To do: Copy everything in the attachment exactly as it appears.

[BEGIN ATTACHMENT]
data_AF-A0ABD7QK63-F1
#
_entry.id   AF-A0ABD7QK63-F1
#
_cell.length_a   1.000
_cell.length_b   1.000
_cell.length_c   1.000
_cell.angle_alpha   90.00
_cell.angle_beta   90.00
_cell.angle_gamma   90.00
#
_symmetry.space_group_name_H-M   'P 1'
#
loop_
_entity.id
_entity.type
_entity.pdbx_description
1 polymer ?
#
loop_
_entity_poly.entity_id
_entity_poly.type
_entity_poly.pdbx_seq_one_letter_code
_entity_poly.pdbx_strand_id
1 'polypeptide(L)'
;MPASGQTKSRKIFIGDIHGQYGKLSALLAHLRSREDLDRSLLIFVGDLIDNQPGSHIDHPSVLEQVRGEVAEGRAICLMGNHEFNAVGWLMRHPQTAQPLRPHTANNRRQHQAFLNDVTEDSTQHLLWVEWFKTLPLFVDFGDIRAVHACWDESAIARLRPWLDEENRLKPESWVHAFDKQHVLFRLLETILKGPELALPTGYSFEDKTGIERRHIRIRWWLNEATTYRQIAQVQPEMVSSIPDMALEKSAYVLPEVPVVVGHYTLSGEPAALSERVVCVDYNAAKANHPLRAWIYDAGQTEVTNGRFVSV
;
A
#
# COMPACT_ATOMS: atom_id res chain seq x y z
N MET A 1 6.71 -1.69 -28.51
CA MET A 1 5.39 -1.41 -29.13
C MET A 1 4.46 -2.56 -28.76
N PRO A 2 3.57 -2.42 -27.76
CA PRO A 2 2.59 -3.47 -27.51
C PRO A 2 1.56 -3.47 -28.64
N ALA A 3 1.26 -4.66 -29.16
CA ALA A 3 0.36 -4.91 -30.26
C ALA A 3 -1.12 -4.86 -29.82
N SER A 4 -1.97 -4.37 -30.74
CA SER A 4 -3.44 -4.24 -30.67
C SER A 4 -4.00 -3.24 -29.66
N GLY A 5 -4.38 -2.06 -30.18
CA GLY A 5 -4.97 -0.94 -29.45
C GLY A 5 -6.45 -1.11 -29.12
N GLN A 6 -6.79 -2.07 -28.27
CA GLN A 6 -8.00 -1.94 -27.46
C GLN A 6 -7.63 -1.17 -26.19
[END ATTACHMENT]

data_AF-A0ABD7QK63-F1
#
_entry.id   AF-A0ABD7QK63-F1
#
_cell.length_a   1.000
_cell.length_b   1.000
_cell.length_c   1.000
_cell.angle_alpha   90.00
_cell.angle_beta   90.00
_cell.angle_gamma   90.00
#
_symmetry.space_group_name_H-M   'P 1'
#
loop_
_entity.id
_entity.type
_entity.pdbx_description
1 polymer ?
#
loop_
_entity_poly.entity_id
_entity_poly.type
_entity_poly.pdbx_seq_one_letter_code
_entity_poly.pdbx_strand_id
1 'polypeptide(L)'
;MPASGQTKSRKIFIGDIHGQYGKLSALLAHLRSREDLDRSLLIFVGDLIDNQPGSHIDHPSVLEQVRGEVAEGRAICLMGNHEFNAVGWLMRHPQTAQPLRPHTANNRRQHQAFLNDVTEDSTQHLLWVEWFKTLPLFVDFGDIRAVHACWDESAIARLRPWLDEENRLKPESWVHAFDKQHVLFRLLETILKGPELALPTGYSFEDKTGIERRHIRIRWWLNEATTYRQIAQVQPEMVSSIPDMALEKSAYVLPEVPVVVGHYTLSGEPAALSERVVCVDYNAAKANHPLRAWIYDAGQTEVTNGRFVSV
;
A
#
# COMPACT_ATOMS: atom_id res chain seq x y z
N MET A 1 6.71 -1.69 -28.51
CA MET A 1 5.39 -1.41 -29.13
C MET A 1 4.46 -2.56 -28.76
N PRO A 2 3.57 -2.42 -27.76
CA PRO A 2 2.59 -3.47 -27.51
C PRO A 2 1.56 -3.47 -28.64
N ALA A 3 1.26 -4.66 -29.16
CA ALA A 3 0.36 -4.91 -30.26
C ALA A 3 -1.12 -4.86 -29.82
N SER A 4 -1.97 -4.37 -30.74
CA SER A 4 -3.44 -4.24 -30.67
C SER A 4 -4.00 -3.24 -29.66
N GLY A 5 -4.38 -2.06 -30.18
CA GLY A 5 -4.97 -0.94 -29.45
C GLY A 5 -6.45 -1.11 -29.12
N GLN A 6 -6.79 -2.07 -28.27
CA GLN A 6 -8.00 -1.94 -27.46
C GLN A 6 -7.63 -1.17 -26.19